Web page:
The US Army Communications-Electronics Research, Development and Engineering Center (CERDEC) Night Vision and Electronic Sensors Directorate (NVESD) at Fort Belvoir, VA/USA, has launched a request for information from industry to determine the state-of-the-art in Wide Area Motion Imagery (WAMI) and Wide Area Airborne Surveillance (WAAS) sensor technologies for airborne applications on both manned and unmanned platforms. Army Contracting Command issued a ‘sources sought’ notice in mid-August, with initial responses required by 8 September.

The Army seeks a medium resolution persistent surveillance electro-optical (EO) imaging sensor to provide day/night detection of vehicles and individuals over large areas, and an associated storage and processing unit. The sensor should consist of a stabilised turret housing optics, focal planes and supporting electronics. The storage and processing unit is to host the sensor command, control and status software as well as a computer to run processing and exploitation algorithms.

Gap-free ground coverage from a nominal operating altitude of 18,000 feet at speeds of 100-1200 knots is required, with every point in the coverage circle imaged once per frame. Provisions for forward motion and image rotation compensation as well as non-uniformity correction of EO and infra red (IR) imagery are required, as are calibration sources for the IR sensor and a near lossless compression capability for the storage and processing unit.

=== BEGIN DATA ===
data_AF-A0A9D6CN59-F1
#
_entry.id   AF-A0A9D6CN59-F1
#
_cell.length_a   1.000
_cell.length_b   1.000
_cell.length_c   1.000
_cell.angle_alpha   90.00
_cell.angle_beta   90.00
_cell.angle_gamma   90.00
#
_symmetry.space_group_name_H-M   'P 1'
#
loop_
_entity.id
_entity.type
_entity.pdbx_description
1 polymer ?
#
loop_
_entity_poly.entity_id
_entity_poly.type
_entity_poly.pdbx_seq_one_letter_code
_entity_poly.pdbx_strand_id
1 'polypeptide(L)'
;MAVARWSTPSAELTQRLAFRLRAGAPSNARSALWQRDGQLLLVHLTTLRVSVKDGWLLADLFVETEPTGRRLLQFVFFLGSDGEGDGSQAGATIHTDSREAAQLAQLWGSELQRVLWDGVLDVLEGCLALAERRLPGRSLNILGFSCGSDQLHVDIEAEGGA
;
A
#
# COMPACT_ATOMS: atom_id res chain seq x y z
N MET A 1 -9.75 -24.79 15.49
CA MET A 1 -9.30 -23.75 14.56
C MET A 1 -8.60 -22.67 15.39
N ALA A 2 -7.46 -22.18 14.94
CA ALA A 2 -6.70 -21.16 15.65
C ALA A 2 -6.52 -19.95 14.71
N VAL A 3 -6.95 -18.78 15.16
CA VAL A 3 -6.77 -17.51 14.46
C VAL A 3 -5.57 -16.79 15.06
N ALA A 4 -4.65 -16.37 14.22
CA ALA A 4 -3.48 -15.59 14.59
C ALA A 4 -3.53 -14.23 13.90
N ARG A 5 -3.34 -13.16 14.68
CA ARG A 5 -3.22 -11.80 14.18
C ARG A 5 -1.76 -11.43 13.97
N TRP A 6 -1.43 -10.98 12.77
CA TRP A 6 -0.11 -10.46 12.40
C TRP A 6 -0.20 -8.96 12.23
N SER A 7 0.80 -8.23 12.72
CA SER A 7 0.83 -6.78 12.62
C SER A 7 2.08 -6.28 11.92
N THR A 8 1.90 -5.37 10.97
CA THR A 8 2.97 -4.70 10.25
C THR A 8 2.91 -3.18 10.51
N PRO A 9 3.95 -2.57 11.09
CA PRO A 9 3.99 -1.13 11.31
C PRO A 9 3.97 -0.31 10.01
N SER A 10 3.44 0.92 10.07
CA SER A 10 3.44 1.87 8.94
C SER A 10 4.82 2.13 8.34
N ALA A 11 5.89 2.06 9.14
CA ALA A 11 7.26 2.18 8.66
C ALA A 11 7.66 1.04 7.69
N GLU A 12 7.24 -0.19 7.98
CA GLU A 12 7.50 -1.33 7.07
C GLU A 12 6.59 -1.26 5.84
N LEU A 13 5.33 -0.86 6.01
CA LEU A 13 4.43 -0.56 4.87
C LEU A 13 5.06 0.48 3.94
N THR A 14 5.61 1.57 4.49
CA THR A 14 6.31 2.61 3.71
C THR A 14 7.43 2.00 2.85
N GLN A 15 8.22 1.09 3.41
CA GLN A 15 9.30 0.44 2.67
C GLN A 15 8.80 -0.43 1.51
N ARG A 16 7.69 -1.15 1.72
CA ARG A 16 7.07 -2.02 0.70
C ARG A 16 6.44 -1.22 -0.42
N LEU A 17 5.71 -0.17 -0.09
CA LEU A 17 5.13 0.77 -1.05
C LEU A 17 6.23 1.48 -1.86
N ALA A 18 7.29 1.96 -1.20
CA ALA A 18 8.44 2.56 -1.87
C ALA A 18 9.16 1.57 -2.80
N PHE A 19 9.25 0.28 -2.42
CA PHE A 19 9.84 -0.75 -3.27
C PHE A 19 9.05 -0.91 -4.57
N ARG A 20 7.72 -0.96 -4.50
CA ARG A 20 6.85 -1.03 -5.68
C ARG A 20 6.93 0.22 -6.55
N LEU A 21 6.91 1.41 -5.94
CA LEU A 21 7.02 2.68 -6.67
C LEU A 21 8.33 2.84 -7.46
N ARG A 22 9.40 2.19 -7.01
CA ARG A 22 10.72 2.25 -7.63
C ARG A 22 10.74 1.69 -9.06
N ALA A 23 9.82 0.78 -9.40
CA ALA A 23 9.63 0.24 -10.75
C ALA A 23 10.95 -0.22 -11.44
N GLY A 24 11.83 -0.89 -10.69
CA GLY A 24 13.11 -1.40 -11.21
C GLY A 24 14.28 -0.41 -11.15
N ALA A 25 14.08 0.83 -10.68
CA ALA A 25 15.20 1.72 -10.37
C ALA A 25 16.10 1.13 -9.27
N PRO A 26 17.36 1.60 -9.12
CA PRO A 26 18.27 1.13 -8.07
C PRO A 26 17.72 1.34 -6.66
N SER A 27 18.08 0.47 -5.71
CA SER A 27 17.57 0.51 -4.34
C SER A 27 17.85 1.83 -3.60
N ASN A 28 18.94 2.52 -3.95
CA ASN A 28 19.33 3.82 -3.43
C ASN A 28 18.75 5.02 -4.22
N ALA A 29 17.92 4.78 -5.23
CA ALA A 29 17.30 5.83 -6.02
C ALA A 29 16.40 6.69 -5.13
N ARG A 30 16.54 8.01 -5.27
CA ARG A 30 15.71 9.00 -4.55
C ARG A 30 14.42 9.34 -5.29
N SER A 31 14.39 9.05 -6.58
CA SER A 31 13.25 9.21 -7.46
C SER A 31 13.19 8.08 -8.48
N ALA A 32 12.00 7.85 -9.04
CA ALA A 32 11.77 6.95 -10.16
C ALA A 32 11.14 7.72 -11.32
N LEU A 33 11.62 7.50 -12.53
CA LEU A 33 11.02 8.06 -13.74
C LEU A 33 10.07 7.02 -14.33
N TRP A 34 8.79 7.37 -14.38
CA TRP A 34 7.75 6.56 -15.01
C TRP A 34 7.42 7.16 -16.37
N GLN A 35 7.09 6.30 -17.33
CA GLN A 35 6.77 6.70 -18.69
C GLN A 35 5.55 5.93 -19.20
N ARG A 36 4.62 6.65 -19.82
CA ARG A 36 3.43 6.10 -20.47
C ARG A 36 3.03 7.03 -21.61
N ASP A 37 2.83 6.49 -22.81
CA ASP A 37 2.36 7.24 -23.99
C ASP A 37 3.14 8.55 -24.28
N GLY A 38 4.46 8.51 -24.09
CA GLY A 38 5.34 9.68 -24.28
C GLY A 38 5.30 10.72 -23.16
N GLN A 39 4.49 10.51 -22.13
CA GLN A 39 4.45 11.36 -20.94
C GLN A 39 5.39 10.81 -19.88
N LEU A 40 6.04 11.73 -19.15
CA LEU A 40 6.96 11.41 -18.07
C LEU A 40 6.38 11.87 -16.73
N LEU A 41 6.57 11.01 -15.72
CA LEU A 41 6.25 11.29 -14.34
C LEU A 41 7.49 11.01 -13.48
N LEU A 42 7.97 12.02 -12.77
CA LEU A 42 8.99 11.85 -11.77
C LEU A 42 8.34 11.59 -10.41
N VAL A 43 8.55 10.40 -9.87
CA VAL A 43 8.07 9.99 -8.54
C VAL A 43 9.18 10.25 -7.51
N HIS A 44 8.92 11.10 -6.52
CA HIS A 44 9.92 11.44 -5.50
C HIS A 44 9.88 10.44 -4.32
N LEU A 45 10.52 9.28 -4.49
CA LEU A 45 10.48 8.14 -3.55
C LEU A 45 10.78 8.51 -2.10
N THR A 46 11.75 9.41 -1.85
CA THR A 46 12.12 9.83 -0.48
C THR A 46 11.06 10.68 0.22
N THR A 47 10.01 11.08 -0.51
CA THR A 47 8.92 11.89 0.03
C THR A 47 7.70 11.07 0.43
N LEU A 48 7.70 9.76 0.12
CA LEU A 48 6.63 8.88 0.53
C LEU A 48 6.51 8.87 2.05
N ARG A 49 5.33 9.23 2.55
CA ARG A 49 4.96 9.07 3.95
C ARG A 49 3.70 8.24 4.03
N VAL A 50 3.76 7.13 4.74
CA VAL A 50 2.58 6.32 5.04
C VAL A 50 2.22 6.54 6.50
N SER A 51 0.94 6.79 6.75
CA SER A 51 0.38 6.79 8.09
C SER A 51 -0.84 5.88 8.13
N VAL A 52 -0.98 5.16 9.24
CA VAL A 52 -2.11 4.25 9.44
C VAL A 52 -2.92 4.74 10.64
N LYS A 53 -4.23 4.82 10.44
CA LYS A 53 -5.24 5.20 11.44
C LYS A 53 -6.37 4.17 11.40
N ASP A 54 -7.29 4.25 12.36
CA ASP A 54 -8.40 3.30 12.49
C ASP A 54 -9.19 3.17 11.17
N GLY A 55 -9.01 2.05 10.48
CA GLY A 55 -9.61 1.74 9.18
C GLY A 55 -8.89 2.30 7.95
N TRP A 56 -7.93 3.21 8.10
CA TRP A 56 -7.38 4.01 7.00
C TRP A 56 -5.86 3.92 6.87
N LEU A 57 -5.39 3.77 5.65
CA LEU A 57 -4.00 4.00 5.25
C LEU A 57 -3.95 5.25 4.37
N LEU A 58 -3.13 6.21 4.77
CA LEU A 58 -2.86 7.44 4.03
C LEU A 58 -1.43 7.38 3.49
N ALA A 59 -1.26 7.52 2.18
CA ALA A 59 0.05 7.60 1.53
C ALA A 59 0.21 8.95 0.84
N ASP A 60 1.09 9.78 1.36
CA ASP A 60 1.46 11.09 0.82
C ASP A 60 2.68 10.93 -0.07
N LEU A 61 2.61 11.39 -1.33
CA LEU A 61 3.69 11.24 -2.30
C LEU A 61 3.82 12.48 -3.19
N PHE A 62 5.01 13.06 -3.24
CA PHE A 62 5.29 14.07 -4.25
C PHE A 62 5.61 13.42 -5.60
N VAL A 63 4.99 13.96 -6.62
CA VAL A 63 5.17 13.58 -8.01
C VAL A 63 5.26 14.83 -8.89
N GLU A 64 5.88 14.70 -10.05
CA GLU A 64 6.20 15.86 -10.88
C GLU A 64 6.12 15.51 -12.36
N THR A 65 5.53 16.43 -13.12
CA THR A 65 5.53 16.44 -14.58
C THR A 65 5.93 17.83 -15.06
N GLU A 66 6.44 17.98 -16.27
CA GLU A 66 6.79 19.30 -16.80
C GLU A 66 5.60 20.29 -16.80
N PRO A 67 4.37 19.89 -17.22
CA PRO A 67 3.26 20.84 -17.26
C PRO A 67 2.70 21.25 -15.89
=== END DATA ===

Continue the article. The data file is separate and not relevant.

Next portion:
Flight Simulation Upgrades for US Navy Anti-Submarine Warfare Aircraft

In late July, the US Naval Air Warfare Training Center in Orlando, FL/USA, announced the awards of a contract valued at U$13.8 million to Advanced Acoustic Concepts to upgrade flight simulators for the US Navy P-8A POSEIDON and MH-60R SEAHAWK anti-submarine warfare (ASW) aircraft.

Advanced Acoustic Concepts to upgrade flight simulators for the US Navy P-8A POSEIDON and MH-60R SEAHAWK (shown) anti-submarine warfare (ASW) aircraft.

The Common Acoustic Simulation Environment Fidelity Implementation (CASE-FI) upgrades will enhance the realism of the Tactical Operational Flight Trainers (TOFT) and Weapons Tactical Trainers (WTT) for both aircraft, enabling flight crews to train in an environment as close as possible to the operational conditions they are likely to face. Physics-based modelling will replicate a realistic ocean environment, targets and sensors as well as emulating the propagation and reverberation of acoustic energy.

Advanced Acoustics is the original equipment manufacturer for CASE and the only company able to undertake the required enhancements, according to the USN, which awarded the contract on a sole source basis. Work is scheduled to be completed by February 2022.

Leidos Wins AIE-3 Contract